• Assistance with the technicalities of tefillah: helping students find the place, understand what to do if they come late or can’t keep up etc.
  • This of course, is at the heart of the matter. There are many strategies that help us engage students during tefillah. One of these is role modeling, which can be best accomplished by a teacher who davens during minyan. Others, which may be better accomplished by teachers who are not simultaneously trying to pursue their own tefillah, can include dramatic and interactive presentations, integration of multimedia, artistic experiences meditation, song and more.
  • Individual attention. This is something we can rarely achieve in today’s typical setup. Other than a hand on a shoulder or a whispered word from time to time it is very challenging for teachers to both daven and give individual, differentiated attention to students. Teachers who are not davening can more easily share an encouraging word or have a private conversation outside the room if necessary. They can also implement individualized plans for students who need specific accommodation during tefillah, such as participating at specific points or having alternative options.

Depending on the school and student needs, the discussion may proceed from here in a number of directions. It should develop to the point where the faculty members and school leaders involved in tefillah have a detailed plan to address students’ educational needs as they relate to tefillah.

Of course, the idea of creating a proactive plan for tefillah education is not new. What is unique about this proposal is the simple yet transformative idea that we can achieve immeasurably greater success if we eliminate the tension between teachers’ commitment to their own tefillah and their ability to facilitate student tefillah. We can do so most directly and powerfully if we encourage at least some of the teachers to fulfil their own tefillah requirement before coming to the school minyan. There may always be some teachers who daven with the students and who serve as direct, real-time role models. However, the majority of teachers will be freed to approach minyan just as they approach each class they teach: with a clear and direct focus on the students’ needs, and with the freedom to implement a much wider variety of educational interventions in pursuit of these goals.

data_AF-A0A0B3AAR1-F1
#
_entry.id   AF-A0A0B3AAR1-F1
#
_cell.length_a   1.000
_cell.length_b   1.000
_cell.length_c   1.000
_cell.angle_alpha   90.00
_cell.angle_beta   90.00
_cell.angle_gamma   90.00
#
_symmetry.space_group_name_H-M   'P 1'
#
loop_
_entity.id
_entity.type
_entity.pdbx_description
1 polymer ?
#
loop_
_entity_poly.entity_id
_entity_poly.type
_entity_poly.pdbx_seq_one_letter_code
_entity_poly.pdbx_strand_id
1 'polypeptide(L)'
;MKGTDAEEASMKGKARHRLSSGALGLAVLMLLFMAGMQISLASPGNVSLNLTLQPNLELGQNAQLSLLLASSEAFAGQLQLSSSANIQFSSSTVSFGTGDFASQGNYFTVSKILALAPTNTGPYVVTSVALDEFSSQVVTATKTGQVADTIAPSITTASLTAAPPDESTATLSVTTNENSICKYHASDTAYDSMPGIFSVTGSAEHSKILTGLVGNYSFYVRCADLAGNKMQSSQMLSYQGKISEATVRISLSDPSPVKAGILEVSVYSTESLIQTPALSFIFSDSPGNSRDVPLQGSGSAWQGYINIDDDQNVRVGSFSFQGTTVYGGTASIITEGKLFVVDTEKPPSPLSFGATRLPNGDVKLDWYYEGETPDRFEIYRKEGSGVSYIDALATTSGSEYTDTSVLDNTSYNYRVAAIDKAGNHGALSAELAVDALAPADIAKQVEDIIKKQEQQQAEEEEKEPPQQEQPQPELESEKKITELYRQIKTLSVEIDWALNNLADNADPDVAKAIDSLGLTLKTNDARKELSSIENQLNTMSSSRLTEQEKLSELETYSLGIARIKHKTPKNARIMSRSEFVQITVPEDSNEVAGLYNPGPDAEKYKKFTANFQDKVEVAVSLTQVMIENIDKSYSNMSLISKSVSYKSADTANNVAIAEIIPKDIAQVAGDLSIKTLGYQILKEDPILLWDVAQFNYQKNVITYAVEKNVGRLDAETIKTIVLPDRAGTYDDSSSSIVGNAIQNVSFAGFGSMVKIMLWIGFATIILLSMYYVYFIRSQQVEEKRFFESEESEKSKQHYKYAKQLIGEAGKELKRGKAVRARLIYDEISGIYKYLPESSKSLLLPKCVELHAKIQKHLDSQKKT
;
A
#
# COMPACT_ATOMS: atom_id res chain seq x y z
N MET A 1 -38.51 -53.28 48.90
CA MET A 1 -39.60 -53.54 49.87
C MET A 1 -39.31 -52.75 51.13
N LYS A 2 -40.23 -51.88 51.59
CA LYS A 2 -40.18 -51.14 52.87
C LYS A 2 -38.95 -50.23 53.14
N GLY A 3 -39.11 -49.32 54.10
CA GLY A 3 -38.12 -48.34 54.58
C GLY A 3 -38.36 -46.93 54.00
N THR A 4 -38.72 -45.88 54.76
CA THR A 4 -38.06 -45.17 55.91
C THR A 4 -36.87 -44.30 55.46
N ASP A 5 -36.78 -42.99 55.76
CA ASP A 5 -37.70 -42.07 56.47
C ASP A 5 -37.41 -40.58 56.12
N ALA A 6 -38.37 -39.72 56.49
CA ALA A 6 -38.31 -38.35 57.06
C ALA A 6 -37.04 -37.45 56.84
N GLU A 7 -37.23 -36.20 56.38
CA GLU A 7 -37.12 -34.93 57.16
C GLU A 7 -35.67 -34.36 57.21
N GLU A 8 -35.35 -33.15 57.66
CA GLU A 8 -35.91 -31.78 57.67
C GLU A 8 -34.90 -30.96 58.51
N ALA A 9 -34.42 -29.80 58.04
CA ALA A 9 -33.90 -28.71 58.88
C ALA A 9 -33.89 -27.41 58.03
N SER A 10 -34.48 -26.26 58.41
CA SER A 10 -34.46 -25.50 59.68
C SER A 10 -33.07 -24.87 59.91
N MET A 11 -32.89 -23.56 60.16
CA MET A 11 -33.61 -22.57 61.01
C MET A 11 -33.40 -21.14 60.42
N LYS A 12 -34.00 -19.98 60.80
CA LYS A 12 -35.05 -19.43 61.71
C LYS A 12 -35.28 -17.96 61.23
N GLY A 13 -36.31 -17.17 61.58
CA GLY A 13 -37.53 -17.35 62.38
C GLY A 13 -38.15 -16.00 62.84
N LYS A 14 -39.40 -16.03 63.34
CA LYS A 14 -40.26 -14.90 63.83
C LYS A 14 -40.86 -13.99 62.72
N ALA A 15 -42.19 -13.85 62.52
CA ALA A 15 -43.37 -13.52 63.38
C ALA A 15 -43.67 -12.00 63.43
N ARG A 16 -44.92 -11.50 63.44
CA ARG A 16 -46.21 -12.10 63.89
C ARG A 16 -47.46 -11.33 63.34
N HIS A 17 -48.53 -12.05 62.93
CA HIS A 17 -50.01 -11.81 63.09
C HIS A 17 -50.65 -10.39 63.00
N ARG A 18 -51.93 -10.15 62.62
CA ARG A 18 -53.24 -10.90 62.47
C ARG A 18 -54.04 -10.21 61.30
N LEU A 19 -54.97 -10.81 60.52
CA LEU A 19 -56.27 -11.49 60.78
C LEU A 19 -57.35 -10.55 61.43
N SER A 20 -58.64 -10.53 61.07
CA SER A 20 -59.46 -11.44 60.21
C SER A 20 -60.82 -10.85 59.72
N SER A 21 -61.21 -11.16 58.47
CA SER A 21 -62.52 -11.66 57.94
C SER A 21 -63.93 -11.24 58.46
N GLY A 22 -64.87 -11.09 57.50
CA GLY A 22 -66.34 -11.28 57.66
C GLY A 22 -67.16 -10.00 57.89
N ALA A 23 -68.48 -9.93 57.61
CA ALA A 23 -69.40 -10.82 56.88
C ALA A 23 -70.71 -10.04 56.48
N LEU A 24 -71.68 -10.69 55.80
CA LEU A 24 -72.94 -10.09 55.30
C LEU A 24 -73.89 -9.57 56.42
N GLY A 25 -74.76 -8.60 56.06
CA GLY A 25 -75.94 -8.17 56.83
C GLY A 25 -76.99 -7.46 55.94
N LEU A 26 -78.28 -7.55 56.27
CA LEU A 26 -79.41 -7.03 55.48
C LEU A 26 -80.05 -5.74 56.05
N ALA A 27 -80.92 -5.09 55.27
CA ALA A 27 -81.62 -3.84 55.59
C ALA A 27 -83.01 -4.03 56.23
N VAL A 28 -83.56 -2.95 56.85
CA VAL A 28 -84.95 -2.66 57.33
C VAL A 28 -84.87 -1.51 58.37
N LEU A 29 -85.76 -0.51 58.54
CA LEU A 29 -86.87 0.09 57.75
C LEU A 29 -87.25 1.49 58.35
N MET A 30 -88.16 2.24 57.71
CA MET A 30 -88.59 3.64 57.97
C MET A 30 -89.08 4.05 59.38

In truth, having teachers daven beforehand not only frees them from the tension we discussed earlier, but also creates an opposite tension: Teachers who are present at minyan without needing to daven will want to do something productive. They will want to feel useful and to contribute, and as such they will be more naturally inclined to seek out ways that they can intervene educationally to improve the students’ tefillah experiences.

Early in my career, a senior Rabbi and educator remarked to me that he had given up his own tefillah in order to facilitate that of his congregation and students. I remember vividly feeling a sense of sadness on his behalf, the cobbler himself having no shoes. This is not a healthy approach for our teachers, and it is not a productive approach for our students. The solution lies in a simple change which can provide the foundation to transform our tefillah education if only we are willing to consider it.